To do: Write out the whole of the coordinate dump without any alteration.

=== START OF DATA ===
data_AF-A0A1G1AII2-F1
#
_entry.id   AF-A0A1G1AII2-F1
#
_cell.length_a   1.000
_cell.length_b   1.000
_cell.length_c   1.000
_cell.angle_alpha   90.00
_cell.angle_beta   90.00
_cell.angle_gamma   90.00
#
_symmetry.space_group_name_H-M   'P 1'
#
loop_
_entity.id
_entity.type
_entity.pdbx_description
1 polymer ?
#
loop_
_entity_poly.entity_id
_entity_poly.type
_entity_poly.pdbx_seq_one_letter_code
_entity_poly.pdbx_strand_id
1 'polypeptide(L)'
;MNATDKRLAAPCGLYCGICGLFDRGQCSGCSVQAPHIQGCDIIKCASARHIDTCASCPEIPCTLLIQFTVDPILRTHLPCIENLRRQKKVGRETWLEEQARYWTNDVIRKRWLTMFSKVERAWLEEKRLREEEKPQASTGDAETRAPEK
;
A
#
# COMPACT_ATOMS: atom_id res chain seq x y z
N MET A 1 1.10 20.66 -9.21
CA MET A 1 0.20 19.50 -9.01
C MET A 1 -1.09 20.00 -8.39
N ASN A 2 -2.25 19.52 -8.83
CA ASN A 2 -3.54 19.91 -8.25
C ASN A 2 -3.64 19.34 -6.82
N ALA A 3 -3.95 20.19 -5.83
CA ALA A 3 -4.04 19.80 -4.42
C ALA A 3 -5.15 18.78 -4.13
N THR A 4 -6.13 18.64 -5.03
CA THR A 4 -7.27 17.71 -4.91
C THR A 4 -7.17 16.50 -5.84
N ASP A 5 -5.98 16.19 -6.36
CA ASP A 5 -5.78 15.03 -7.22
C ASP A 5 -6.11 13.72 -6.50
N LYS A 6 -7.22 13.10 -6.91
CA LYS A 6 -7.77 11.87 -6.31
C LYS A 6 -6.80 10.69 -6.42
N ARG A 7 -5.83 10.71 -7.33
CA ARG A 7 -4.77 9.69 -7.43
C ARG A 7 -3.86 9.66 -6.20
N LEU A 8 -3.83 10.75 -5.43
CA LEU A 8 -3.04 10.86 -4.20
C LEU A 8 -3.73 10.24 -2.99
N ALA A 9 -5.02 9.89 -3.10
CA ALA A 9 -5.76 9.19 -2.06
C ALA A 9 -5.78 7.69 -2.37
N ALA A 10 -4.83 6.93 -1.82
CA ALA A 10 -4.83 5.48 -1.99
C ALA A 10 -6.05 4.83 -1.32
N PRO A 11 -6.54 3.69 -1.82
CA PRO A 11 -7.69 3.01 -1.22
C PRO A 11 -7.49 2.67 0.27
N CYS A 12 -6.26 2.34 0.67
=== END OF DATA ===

data_AF-A0A1G1AII2-F1
#
_entry.id   AF-A0A1G1AII2-F1
#
_cell.length_a   1.000
_cell.length_b   1.000
_cell.length_c   1.000
_cell.angle_alpha   90.00
_cell.angle_beta   90.00
_cell.angle_gamma   90.00
#
_symmetry.space_group_name_H-M   'P 1'
#
loop_
_entity.id
_entity.type
_entity.pdbx_description
1 polymer ?
#
loop_
_entity_poly.entity_id
_entity_poly.type
_entity_poly.pdbx_seq_one_letter_code
_entity_poly.pdbx_strand_id
1 'polypeptide(L)'
;MNATDKRLAAPCGLYCGICGLFDRGQCSGCSVQAPHIQGCDIIKCASARHIDTCASCPEIPCTLLIQFTVDPILRTHLPCIENLRRQKKVGRETWLEEQARYWTNDVIRKRWLTMFSKVERAWLEEKRLREEEKPQASTGDAETRAPEK
;
A
#
# COMPACT_ATOMS: atom_id res chain seq x y z
N MET A 1 1.10 20.66 -9.21
CA MET A 1 0.20 19.50 -9.01
C MET A 1 -1.09 20.00 -8.39
N ASN A 2 -2.25 19.52 -8.83
CA ASN A 2 -3.54 19.91 -8.25
C ASN A 2 -3.64 19.34 -6.82
N ALA A 3 -3.95 20.19 -5.83
CA ALA A 3 -4.04 19.80 -4.42
C ALA A 3 -5.15 18.78 -4.13
N THR A 4 -6.13 18.64 -5.03
CA THR A 4 -7.27 17.71 -4.91
C THR A 4 -7.17 16.50 -5.84
N ASP A 5 -5.98 16.19 -6.36
CA ASP A 5 -5.78 15.03 -7.22
C ASP A 5 -6.11 13.72 -6.50
N LYS A 6 -7.22 13.10 -6.91
CA LYS A 6 -7.77 11.87 -6.31
C LYS A 6 -6.80 10.69 -6.42
N ARG A 7 -5.83 10.71 -7.33
CA ARG A 7 -4.77 9.69 -7.43
C ARG A 7 -3.86 9.66 -6.20
N LEU A 8 -3.83 10.75 -5.43
CA LEU A 8 -3.04 10.86 -4.20
C LEU A 8 -3.73 10.24 -2.99
N ALA A 9 -5.02 9.89 -3.10
CA ALA A 9 -5.76 9.19 -2.06
C ALA A 9 -5.78 7.69 -2.37
N ALA A 10 -4.83 6.93 -1.82
CA ALA A 10 -4.83 5.48 -1.99
C ALA A 10 -6.05 4.83 -1.32
N PRO A 11 -6.54 3.69 -1.82
CA PRO A 11 -7.69 3.01 -1.22
C PRO A 11 -7.49 2.67 0.27
N CYS A 12 -6.26 2.34 0.67